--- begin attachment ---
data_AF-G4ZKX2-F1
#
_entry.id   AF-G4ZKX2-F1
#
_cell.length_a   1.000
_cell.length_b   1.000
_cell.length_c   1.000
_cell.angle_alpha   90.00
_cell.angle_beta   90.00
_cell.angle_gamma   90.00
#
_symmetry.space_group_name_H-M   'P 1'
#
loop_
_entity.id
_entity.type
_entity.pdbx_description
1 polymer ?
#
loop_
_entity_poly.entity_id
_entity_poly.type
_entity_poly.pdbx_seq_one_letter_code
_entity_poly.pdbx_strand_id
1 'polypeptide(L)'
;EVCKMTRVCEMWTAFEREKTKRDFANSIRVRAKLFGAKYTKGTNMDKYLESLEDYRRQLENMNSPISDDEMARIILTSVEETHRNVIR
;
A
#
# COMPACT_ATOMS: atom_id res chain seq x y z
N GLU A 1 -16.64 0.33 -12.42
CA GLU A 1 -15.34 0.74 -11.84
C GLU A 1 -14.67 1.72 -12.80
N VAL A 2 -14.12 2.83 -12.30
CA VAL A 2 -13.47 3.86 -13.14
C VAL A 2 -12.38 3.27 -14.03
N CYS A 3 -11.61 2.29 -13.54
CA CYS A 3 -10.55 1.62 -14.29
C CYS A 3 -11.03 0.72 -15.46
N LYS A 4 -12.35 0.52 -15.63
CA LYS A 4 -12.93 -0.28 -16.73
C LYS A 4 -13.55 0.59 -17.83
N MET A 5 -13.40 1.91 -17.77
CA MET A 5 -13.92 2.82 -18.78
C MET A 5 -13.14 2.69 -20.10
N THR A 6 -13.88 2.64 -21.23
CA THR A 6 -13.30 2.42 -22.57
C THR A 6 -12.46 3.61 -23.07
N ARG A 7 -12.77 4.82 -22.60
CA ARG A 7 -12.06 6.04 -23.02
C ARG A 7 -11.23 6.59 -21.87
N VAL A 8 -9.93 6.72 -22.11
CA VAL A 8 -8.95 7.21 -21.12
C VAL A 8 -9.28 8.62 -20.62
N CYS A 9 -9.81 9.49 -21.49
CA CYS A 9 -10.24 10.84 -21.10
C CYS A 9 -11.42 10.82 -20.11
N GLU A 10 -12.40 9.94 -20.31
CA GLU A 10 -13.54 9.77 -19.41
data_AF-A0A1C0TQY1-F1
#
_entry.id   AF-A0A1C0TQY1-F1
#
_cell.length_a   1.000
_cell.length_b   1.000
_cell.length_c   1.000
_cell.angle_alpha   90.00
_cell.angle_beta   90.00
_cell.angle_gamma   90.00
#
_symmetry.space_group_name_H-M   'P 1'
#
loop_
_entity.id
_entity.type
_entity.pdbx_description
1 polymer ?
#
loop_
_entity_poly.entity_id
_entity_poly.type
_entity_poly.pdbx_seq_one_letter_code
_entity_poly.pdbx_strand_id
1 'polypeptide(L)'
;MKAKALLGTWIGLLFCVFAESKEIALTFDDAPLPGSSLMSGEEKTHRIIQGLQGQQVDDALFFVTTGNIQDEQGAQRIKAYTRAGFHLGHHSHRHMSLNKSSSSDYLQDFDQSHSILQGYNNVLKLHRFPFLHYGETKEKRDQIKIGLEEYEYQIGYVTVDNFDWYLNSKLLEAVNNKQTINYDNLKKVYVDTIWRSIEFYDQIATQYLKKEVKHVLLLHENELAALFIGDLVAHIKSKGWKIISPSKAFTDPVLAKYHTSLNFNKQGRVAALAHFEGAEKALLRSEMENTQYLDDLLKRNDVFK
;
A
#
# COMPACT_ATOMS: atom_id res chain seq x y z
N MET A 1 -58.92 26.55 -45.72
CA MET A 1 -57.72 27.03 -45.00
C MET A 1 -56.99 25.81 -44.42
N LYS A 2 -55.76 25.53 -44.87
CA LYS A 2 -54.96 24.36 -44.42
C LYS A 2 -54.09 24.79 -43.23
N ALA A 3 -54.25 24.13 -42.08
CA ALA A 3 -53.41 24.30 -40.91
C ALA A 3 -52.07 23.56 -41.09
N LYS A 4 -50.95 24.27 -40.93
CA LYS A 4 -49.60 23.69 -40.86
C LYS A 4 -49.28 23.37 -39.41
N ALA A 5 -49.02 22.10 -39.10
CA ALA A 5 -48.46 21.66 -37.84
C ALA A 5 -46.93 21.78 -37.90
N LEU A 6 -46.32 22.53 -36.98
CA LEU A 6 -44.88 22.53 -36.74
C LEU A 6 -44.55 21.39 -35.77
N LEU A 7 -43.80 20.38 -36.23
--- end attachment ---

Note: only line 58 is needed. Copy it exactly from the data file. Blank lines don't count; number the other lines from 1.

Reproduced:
N GLU A 10 -12.40 9.94 -20.31